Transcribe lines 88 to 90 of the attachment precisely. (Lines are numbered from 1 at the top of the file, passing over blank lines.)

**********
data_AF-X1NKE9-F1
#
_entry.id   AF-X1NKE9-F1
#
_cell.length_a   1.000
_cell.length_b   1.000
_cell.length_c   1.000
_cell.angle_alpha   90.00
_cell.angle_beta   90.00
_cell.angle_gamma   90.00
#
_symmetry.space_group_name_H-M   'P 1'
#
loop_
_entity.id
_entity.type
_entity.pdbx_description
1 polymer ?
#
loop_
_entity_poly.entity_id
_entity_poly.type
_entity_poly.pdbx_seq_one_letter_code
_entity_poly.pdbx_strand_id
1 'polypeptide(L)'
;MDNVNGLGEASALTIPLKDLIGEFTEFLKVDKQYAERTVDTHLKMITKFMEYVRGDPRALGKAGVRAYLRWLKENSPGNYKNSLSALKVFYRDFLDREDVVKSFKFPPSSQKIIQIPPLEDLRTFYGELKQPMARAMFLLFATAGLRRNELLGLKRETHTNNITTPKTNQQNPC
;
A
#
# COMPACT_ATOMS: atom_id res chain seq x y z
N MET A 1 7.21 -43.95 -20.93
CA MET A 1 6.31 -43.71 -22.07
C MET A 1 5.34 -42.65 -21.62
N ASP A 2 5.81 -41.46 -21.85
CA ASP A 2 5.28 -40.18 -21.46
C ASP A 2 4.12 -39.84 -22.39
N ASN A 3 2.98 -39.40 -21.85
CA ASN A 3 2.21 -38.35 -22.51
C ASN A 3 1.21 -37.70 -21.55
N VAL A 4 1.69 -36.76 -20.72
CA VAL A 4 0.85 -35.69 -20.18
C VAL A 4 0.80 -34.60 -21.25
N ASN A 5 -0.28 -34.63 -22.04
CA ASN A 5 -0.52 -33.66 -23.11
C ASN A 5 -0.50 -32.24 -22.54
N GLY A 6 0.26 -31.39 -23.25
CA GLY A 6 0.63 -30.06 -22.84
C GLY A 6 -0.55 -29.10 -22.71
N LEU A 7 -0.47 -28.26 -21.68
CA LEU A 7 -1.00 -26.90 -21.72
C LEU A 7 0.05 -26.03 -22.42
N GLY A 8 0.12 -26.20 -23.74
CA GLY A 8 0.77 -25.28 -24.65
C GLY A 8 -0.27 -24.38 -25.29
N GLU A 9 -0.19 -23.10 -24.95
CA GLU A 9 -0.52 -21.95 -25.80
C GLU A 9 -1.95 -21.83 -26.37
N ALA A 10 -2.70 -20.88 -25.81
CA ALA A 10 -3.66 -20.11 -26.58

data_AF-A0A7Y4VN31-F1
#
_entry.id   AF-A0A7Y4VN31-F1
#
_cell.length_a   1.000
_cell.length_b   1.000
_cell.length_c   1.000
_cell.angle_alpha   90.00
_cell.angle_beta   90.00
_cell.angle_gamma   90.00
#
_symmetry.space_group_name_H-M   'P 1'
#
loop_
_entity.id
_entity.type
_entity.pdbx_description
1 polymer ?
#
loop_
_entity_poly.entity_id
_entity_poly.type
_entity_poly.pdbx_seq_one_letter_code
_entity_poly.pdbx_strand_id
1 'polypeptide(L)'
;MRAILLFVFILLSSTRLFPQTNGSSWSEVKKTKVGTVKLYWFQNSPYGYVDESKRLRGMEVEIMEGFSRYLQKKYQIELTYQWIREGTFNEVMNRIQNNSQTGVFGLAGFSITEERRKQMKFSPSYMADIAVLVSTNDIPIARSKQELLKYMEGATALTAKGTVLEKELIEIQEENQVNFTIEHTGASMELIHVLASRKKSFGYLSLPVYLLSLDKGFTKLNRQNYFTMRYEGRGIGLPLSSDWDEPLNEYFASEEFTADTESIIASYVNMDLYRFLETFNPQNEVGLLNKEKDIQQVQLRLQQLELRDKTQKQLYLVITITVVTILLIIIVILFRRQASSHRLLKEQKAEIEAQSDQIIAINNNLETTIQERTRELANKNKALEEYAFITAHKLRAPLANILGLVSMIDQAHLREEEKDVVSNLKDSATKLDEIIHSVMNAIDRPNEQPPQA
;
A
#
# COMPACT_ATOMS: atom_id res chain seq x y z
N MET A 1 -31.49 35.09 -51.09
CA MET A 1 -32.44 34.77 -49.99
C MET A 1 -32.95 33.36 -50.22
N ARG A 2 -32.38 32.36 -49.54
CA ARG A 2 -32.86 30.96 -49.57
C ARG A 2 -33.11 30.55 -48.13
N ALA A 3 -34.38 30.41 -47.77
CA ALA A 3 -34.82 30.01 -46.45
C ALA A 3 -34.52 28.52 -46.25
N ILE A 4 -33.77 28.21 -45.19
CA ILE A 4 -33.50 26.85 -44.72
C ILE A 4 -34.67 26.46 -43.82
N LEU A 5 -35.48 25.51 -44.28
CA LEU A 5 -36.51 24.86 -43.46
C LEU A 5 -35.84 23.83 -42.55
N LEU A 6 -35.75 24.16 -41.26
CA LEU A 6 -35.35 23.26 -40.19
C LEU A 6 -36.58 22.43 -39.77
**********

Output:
#
# COMPACT_ATOMS: atom_id res chain seq x y z
N MET A 1 -31.49 35.09 -51.09